Grand Hotel Sofia
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- Shuttle bus service
- Adjoining Rooms
- Free High-Speed Internet
- Room service
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TripAdvisor Reviews Grand Hotel Sofia
Travel Blogs from Sofia
... interesting and were glad we'd come.
We left the church quickly, however, because as soon as we'd come back up from the crypt we saw that while we'd been downstairs, a coffin had been placed in the nave, in front of the iconostasis. A group of schoolchildren were entering through the main door. We lit and placed our candles before leaving through one of the side doors.
We walked to the President's Building as quickly as we could, in ...
... some games until finally we arrived in Sofia. Yay! Whilst for a lot of people there destination had been Sofia we still had to get into Romania and so reserved a seat on a train heading for Moscow that passed through Bucharest. Everything was fine until about 1am. The carriage we were in was empty and another ticket collector came through shaking us all awake and wanting to see our tickets. Our American friend was given the ok but ...
... of three daughters who refused to renounce the Christian religion and were murdered. The legend says that their mother died from the pain of this family tragedy. Since the story is very touching many Bulgarians thought it could be the reason why the capital is called Sofia. Unfortunately the capital's name doesn't have anything in common with the mother Sophia and it probably got its name from the St. Sofia Church.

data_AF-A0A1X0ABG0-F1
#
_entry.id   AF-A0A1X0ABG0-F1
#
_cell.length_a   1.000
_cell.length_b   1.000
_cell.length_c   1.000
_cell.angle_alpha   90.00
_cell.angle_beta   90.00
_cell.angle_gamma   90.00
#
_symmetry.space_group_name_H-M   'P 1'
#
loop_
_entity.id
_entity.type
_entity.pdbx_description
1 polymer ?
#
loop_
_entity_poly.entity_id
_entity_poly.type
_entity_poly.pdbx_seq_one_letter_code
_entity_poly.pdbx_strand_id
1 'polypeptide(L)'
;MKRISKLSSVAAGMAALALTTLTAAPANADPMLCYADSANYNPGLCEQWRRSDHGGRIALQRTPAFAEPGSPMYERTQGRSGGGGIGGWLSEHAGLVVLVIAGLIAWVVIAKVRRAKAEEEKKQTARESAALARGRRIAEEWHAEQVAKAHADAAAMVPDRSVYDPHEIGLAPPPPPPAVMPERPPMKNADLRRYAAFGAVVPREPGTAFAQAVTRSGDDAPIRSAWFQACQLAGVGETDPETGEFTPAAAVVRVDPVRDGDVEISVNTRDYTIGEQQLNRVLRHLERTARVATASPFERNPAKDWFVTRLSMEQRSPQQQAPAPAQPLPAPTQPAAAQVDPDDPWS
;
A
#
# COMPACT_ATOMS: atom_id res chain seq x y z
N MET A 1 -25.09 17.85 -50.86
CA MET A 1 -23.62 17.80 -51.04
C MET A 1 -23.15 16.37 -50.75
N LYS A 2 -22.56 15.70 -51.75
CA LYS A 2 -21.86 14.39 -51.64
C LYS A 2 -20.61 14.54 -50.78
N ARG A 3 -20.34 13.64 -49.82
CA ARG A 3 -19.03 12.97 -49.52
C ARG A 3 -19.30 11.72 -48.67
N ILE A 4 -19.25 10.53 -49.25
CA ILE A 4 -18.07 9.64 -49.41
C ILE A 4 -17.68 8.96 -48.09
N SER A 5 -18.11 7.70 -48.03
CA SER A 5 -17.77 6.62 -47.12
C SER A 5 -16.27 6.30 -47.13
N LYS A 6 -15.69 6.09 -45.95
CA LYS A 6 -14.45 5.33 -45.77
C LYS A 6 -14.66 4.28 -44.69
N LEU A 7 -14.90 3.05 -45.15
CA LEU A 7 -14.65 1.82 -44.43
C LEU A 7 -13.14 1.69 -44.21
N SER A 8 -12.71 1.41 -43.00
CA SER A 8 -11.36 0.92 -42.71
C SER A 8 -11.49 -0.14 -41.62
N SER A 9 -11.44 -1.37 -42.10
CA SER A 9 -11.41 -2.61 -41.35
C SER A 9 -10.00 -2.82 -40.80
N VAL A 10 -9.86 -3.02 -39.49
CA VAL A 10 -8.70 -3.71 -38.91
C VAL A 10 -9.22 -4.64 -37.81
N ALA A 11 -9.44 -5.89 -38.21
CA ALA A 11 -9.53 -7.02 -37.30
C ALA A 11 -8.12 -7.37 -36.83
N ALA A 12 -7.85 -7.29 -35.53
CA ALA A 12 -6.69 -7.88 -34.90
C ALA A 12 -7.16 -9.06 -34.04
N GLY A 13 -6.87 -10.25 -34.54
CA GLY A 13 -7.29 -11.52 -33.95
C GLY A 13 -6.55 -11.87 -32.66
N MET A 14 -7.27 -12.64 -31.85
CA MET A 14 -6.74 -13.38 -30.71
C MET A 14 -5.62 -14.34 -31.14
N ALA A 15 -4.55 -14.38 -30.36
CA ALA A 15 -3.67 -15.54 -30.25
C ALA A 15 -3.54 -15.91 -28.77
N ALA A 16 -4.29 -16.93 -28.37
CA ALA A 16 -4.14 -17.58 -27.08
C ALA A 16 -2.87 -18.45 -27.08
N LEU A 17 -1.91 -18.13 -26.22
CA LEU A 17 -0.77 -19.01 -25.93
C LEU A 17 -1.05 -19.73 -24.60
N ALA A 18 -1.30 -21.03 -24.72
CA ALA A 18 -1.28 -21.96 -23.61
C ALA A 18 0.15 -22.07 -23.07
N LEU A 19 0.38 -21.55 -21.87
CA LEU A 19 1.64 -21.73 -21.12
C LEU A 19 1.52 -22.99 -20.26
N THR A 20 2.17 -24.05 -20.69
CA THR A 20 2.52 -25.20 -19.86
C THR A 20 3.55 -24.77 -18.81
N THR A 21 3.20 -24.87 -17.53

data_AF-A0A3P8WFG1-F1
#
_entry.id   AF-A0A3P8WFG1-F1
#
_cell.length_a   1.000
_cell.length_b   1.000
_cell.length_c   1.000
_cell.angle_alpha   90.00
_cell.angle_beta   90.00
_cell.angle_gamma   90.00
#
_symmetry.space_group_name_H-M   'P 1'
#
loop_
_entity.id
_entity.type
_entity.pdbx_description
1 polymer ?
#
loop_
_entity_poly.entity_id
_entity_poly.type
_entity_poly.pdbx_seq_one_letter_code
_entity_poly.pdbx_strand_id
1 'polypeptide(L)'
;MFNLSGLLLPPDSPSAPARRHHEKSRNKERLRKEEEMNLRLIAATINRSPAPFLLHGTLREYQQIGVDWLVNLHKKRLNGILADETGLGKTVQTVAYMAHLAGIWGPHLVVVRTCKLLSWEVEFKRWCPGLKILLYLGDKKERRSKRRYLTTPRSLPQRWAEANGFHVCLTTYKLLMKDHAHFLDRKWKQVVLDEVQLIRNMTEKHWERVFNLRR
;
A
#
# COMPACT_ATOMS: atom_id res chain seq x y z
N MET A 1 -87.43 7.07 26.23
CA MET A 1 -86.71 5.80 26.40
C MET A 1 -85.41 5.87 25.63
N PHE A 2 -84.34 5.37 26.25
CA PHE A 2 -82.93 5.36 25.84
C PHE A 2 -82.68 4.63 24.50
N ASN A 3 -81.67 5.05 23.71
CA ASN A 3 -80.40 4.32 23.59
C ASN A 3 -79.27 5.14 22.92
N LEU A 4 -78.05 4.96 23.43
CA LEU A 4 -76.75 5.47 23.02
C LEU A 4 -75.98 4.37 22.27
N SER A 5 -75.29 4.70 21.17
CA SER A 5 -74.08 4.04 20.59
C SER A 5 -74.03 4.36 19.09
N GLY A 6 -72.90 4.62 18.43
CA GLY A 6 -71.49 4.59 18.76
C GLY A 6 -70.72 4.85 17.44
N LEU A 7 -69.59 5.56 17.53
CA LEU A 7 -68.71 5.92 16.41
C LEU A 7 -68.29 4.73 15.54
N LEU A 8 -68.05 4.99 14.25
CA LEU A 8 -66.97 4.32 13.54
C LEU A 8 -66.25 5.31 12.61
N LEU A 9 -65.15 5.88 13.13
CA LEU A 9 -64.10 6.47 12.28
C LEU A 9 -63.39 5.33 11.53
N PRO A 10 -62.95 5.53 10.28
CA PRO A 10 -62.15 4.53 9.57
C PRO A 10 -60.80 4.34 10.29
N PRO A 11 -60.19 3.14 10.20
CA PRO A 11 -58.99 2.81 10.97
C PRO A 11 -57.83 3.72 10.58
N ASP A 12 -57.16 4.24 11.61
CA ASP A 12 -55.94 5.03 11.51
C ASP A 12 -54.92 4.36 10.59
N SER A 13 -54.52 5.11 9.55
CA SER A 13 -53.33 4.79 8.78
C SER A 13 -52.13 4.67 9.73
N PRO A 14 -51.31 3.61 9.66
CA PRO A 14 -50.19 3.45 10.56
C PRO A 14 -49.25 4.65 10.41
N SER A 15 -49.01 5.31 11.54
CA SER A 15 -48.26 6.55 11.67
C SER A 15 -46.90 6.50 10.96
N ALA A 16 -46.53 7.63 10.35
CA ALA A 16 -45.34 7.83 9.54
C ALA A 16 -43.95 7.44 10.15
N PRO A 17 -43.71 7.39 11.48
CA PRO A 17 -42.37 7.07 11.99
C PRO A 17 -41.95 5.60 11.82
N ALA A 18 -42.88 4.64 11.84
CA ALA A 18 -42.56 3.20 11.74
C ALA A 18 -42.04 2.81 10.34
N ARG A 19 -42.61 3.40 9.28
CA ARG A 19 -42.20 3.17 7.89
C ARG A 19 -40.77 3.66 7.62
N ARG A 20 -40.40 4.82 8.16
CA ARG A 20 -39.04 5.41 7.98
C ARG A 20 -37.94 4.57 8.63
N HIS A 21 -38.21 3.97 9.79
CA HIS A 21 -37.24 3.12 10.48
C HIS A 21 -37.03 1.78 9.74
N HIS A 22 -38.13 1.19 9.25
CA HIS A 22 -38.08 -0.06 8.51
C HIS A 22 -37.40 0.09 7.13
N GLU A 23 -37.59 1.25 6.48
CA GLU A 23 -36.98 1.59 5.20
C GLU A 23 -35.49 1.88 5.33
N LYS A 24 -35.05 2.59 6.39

Behind the statue there is the St. Joseph's Church ...
... shop operated out of a small car, a man is replacing a tire on an old woman's wheelchair. Stray dogs sleep in the sun on the sidewalks. Navigating back to the main street near the hotel, I pass the former state department store, now a mall of upmarket shops, and the gleaming giant St. Sofia , who replaced a statue of Lenin In 2000. She's tall and buxom and in spite of the owl on her shoulder and the wreath in her hand, doesn't look very saintly at all. More like the ...
... in Bulgaria. Rada lives with her boyfriend, Zlati, a Bulgarian who is from the opposite corner of Bulgaria. On my first night in Sofia he was in Varna on a business meeting. He is an urban planner.
Rada works at an architecture firm that designs structures that link cell phone towers and TV antennas to buildings. She would rather be designing houses, but as I’ve heard from many Bulgarians, Romanians—and right now, Serbians—she feels lucky to have a job, much ...